Prom 70: Messiaen's Saint-François d'Assise - Royal Albert Hall, 7 September 2008
Unquestionably the best Prom of the season - by a mile - in fact the best Prom I've ever been to. Messiaen's operatic meditation on the life of St Francis of Assisi is four and half hours of the most astonishing musical invention, here realised vividly and passionately by the Netherlands Opera.
Why the 'experts' in the pre-performance talk (supposedly playing for team Messiaen) felt the need to join the consensus and apologise for its length and supposed lack of pace I don't know. They seemed embarrassed about the limited enthusiasm they did show. This sort of dispassionate cynicism may constitute a legitimate perspective on the work from an academic viewpoint, but with barely a quarter (if that) of the seats sold, what it really needed instead was some good old-fashioned cheerleading from a point of authority.
There may not be a lot going on in the text, but there's a musical narrative more gripping and eventful than anything I've ever heard, teeming with detail. Messiaen worked on it for many years and the result is a work that despite its length and colossal orchestration is shorn of any excess. Every detail fits as neatly as a leaf on a tree.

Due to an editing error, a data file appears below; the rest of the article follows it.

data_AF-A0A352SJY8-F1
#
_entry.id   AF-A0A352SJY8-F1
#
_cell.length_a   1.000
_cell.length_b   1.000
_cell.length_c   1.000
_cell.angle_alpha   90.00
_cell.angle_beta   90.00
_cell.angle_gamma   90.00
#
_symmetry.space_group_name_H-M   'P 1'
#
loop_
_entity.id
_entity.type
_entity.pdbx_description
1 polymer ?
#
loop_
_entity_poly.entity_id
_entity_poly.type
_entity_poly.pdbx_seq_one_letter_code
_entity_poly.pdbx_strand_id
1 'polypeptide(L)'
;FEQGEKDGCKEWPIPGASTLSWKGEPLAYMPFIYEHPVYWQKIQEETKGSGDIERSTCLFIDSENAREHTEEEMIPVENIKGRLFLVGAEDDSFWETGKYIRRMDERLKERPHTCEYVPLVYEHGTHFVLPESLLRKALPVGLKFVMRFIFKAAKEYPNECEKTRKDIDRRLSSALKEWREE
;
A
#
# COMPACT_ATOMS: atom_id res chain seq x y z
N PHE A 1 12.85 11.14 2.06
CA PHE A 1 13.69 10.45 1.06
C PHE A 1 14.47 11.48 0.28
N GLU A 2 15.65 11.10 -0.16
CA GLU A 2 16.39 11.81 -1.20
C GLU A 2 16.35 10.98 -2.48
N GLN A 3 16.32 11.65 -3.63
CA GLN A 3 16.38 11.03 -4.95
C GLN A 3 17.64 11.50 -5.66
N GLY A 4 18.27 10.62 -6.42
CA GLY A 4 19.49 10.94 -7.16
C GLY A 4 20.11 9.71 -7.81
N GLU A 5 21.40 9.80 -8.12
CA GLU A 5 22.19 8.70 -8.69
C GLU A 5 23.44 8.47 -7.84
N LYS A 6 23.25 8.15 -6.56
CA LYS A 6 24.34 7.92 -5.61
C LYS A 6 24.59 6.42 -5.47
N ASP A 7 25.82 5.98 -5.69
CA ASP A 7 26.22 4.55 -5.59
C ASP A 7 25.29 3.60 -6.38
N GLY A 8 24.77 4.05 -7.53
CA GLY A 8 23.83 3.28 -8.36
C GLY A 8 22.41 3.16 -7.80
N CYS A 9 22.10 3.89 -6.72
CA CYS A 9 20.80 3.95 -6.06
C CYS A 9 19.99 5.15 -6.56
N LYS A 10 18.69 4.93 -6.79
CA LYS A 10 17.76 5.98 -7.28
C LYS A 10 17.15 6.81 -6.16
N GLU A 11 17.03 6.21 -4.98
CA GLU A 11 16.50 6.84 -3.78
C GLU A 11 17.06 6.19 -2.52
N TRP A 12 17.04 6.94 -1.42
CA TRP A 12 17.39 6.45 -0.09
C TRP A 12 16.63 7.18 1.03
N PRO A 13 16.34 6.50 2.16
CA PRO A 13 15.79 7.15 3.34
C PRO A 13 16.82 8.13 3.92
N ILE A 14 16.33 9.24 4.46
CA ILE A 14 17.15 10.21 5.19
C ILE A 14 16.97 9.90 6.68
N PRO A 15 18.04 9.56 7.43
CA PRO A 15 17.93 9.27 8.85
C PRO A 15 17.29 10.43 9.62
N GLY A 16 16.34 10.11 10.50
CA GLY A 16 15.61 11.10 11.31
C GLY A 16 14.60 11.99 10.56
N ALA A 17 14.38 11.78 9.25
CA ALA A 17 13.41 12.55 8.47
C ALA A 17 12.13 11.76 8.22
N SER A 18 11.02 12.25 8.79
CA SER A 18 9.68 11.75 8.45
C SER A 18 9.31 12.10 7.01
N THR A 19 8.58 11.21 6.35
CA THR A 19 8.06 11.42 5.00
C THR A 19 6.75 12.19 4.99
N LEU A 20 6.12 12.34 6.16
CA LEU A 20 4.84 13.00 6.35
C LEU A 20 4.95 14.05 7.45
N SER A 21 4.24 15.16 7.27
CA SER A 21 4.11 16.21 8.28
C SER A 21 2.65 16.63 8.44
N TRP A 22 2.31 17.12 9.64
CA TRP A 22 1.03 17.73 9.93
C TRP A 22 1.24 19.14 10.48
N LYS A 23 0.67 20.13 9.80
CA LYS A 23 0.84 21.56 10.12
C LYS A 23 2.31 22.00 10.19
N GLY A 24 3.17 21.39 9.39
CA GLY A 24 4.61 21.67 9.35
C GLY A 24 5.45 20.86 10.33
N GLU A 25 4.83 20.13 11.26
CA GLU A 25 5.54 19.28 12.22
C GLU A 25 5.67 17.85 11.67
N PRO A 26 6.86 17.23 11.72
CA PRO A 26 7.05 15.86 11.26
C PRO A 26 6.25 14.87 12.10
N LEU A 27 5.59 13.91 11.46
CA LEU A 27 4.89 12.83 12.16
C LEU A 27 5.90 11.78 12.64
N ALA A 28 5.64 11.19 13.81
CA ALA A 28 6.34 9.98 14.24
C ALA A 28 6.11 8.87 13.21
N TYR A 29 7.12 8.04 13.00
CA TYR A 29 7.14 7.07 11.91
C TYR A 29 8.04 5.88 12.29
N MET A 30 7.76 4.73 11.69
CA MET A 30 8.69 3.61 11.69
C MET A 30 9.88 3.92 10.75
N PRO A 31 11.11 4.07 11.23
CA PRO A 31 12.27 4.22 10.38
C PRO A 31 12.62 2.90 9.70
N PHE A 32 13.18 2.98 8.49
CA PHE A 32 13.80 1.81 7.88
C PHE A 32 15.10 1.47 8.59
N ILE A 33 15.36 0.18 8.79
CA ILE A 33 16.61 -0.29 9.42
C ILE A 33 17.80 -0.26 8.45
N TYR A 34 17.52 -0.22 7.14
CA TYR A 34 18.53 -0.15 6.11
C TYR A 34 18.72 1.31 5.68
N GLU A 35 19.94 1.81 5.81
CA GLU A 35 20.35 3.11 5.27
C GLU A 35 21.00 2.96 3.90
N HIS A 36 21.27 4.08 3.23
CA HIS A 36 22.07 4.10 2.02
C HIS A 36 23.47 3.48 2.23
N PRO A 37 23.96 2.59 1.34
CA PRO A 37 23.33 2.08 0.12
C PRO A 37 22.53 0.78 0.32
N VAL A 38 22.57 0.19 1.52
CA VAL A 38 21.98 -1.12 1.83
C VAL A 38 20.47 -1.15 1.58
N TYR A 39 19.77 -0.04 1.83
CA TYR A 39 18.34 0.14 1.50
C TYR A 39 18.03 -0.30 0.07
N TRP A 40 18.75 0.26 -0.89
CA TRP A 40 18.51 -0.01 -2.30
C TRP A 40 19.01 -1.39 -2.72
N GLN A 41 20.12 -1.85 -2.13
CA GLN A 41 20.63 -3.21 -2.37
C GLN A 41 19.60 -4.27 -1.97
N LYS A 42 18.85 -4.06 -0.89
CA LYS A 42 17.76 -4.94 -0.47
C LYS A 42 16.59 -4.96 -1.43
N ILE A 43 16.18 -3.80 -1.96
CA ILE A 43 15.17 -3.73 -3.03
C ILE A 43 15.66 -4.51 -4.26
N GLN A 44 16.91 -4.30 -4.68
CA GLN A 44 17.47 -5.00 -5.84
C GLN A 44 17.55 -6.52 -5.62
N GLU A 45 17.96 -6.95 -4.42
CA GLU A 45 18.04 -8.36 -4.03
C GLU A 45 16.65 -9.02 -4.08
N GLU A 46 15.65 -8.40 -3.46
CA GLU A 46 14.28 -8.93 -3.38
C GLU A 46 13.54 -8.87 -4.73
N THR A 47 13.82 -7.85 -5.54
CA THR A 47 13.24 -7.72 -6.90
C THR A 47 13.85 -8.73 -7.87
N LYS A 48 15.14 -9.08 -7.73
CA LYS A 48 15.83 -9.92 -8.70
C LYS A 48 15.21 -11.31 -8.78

Conductor Ingo Metzmacher marshalled his huge orchestral forces heroically. There were ondes Martenot tucked away in the side balconies, and a massive choir too. And despite some the odd late entry or rough patch - nothing less than you'd get from any orchestra over half a day of solid playing - there was never the sense that they were playing with anything less than total commitment.
The strange and beautiful 'Angel's viol' music, exquisitely realised on the ondes Martenot and a cluster of strings and winds was a magical highlight in the middle of the work. St Francis's sermon to the birds, with its streaming concatenation of orchestrally-simulated birdsong, was, despite the 'experts' pre-show warnings, fascinating in its dense complexity. And the mighty, blinding, deafening finale exploded with all the joy and profound faith Messiaen had brought to it.
The marvellous, minimalist staging, just a few benches and crude crosses set in front of the orchestra, was enough to suggest the events occuring. More importantly, it provided a context for the wonderful soloists to create their roles.
The voice of Rod Gilfry, as St Francis, started to give out towards the end of the second act, but this was covered by some sympathetic volume from Metzmacher, and barely detracted from a moving and authoritative performance that derived its intensity from its stillness.
The simple black and white costumes mostly worked, and though Heidi Grant Murphy resembled the Dental Hygienist of the Lord in her all-white ensemble, the sweetness and purity of her voice raised her Angel to the heavens.
It's a shame so few people made the trip to see it, but the few hundred who were there gave it a louder and definitely more heartfelt reception than many full-house concerts. It desperately needs to be staged in this country again - and soon.